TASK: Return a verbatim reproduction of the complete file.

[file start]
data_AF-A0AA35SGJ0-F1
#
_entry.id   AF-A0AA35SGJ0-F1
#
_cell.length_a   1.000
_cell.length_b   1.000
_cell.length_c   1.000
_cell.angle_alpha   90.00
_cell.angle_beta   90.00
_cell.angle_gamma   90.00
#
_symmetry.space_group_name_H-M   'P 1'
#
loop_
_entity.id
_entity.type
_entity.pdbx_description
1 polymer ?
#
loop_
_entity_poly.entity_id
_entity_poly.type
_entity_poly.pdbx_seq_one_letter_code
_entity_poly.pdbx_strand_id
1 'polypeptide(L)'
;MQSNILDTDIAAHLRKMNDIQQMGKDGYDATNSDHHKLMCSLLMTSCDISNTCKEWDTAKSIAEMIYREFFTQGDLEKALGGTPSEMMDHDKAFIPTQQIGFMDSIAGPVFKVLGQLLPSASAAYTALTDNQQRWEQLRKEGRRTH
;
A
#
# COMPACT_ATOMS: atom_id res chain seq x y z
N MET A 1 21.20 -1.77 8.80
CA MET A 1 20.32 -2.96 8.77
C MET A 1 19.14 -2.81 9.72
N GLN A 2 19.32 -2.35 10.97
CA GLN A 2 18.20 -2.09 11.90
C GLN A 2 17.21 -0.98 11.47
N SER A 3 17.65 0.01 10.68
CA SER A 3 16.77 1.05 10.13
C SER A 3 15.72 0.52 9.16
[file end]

data_AF-A0AA35SGJ0-F1
#
_entry.id   AF-A0AA35SGJ0-F1
#
_cell.length_a   1.000
_cell.length_b   1.000
_cell.length_c   1.000
_cell.angle_alpha   90.00
_cell.angle_beta   90.00
_cell.angle_gamma   90.00
#
_symmetry.space_group_name_H-M   'P 1'
#
loop_
_entity.id
_entity.type
_entity.pdbx_description
1 polymer ?
#
loop_
_entity_poly.entity_id
_entity_poly.type
_entity_poly.pdbx_seq_one_letter_code
_entity_poly.pdbx_strand_id
1 'polypeptide(L)'
;MQSNILDTDIAAHLRKMNDIQQMGKDGYDATNSDHHKLMCSLLMTSCDISNTCKEWDTAKSIAEMIYREFFTQGDLEKALGGTPSEMMDHDKAFIPTQQIGFMDSIAGPVFKVLGQLLPSASAAYTALTDNQQRWEQLRKEGRRTH
;
A
#
# COMPACT_ATOMS: atom_id res chain seq x y z
N MET A 1 21.20 -1.77 8.80
CA MET A 1 20.32 -2.96 8.77
C MET A 1 19.14 -2.81 9.72
N GLN A 2 19.32 -2.35 10.97
CA GLN A 2 18.20 -2.09 11.90
C GLN A 2 17.21 -0.98 11.47
N SER A 3 17.65 0.01 10.68
CA SER A 3 16.77 1.05 10.13
C SER A 3 15.72 0.52 9.16